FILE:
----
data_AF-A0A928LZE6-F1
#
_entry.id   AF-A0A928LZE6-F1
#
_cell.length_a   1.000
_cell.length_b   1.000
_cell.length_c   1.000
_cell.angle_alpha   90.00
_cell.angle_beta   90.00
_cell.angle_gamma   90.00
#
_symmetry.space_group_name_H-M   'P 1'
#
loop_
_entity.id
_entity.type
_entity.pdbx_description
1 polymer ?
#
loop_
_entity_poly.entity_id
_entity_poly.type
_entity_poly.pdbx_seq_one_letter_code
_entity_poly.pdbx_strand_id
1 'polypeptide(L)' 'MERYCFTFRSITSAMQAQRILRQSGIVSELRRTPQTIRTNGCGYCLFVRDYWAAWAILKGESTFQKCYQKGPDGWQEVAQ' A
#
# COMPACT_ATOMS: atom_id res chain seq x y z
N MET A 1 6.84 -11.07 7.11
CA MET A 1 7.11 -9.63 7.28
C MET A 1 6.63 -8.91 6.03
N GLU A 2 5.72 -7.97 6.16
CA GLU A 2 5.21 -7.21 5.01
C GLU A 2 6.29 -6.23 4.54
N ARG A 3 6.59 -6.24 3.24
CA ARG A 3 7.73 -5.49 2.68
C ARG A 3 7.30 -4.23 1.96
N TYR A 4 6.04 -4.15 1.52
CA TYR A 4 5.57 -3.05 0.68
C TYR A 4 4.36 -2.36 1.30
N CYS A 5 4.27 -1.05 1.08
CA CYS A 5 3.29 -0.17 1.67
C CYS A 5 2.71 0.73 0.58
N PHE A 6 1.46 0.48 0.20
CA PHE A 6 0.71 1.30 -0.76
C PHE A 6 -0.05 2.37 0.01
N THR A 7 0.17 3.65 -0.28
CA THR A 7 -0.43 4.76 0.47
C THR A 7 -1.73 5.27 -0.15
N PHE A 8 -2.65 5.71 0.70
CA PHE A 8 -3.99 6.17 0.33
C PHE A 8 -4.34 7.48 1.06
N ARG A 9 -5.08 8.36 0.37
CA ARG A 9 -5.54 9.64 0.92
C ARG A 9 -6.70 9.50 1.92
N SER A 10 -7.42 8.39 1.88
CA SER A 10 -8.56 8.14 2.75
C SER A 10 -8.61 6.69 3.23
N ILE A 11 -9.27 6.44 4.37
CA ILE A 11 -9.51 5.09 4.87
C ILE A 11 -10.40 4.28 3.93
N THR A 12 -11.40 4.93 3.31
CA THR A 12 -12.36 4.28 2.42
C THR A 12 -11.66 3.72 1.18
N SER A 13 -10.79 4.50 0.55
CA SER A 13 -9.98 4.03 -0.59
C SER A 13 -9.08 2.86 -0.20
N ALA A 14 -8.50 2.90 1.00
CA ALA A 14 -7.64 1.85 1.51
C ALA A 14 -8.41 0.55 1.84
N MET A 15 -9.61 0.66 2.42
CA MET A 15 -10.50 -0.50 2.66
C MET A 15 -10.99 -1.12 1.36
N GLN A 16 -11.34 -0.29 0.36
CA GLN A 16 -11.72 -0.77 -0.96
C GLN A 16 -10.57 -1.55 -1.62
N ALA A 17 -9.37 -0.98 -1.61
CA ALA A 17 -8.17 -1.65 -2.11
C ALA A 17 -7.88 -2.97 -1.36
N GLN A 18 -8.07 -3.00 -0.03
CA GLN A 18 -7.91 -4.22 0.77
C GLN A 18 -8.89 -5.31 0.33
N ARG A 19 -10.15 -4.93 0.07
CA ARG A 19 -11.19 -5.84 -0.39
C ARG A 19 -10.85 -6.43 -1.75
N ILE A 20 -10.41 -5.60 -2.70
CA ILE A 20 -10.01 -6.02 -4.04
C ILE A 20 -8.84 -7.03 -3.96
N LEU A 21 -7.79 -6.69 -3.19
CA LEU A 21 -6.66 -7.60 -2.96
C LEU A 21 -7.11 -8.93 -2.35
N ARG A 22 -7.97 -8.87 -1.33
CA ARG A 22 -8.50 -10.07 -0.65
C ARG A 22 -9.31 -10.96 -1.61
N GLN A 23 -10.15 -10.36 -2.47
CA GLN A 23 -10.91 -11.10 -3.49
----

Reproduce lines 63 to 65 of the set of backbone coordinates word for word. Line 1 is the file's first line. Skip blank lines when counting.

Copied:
C THR A 12 -11.66 3.72 1.18
N SER A 13 -10.79 4.50 0.55
CA SER A 13 -9.98 4.03 -0.59